The U.S. dollar tumbled to a three-month low against the euro and a five-month low against the Japanese yen as talk of monetary easing by the Fed hindered demand for the currency.
The euro gained 2% from a two-week low to hit $1.1412. The yen also benefited from the news of tensions between Iran and the United States.
The U.S. dollar was also modestly weaker against other major currencies, including the New Zealand, Australian and Canadian dollars.
The U.S. Federal Reserve signaled last week that it would cut interest rates before the end of the year due to mounting concerns over an economic slowdown and the effects of tariff wars between the U.S. and China. The news accelerated sales of the dollar on forex trading platforms.
U.S. 10-year Treasury yields fell below 2% in earlier trading. The dollar index also dipped to a three-month low of 95.843.
Investors are waiting for fresh clues from the Fed on possible rate cuts. Several Fed officials are slated to speak on Tuesday.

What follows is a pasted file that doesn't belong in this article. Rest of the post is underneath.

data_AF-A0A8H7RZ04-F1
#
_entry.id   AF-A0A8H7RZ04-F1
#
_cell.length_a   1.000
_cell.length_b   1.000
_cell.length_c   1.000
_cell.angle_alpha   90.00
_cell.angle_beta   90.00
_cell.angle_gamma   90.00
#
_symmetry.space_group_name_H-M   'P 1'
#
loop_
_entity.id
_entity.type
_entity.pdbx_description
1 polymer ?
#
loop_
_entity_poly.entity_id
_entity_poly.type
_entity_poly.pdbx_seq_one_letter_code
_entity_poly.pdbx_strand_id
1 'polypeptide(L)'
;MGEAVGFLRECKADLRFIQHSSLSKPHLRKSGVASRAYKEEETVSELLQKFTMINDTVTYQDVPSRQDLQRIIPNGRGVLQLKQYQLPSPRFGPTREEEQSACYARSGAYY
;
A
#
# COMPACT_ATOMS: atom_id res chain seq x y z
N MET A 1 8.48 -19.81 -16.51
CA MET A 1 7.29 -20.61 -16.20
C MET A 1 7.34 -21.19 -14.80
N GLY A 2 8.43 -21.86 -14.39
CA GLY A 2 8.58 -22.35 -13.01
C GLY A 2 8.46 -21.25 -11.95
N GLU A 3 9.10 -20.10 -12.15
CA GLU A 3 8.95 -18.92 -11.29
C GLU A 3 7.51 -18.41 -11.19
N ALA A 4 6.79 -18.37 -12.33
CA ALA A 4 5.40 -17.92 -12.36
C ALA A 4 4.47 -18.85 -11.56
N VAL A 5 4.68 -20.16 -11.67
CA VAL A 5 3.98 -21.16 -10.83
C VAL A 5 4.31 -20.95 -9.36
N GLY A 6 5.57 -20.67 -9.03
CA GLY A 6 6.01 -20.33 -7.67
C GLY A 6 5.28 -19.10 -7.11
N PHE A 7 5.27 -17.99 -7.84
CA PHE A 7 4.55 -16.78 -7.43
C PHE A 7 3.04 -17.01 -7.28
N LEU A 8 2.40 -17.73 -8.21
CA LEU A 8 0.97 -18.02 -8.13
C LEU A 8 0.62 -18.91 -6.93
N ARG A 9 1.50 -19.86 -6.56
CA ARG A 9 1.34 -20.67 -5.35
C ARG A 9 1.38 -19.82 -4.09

Interest rate futures imply that traders are fully priced in a quarter-point rate cut from the Federal Reserve next month. Traders are also seeing an increased probability of at least two more rate cuts after July.
Sterling benefited from the dollar’s weakness, but the pound will likely remain under pressure due to Brexit concerns. The euro was 0.3% firmer against the Swiss franc, reaching 1.1108 francs.
In digital currencies, bitcoin broke $11,000 for the first time since March 2018. The cryptocurrency has soared more than 200% this year. News that Facebook is planning to introduce its Libra digital currency has helped fuel demand for the cryptocurrency.
Bitcoin’s rebound was unexpected and considered “extraordinary” by some experts. Some traders are betting that the digital currency may reach $50,000, according to The Wall Street Journal.
Facebook’s proposed Libra currency isn’t the thing driving demand for cryptocurrency. There is speculation that an event, known as “the halvening,” is also fueling demand. In this event, the rewards bitcoin miners receive will be cut in half.
Currently, miners receive 12.5 bitcoins for solving complex math problems to validate bitcoin transactions. The rewards are halved every few years to keep inflation in check. The reward per miner, according to experts, will be cut in half again in May 2020 to 6.25 bitcoins.
Traders are seeing a potential upside to this event, as it will dampen supply and boost the price of the digital currency.
Latest posts by Ben Myers (see all)
- P2P Lending Overcoming Regulatory Headwinds - December 19, 2019
- Does Google’s Crack Down on PayDay Loan Apps Signal Their Demise? - November 11, 2019
- Is Kinesis the Answer to Global Monetary Instability? - October 1, 2019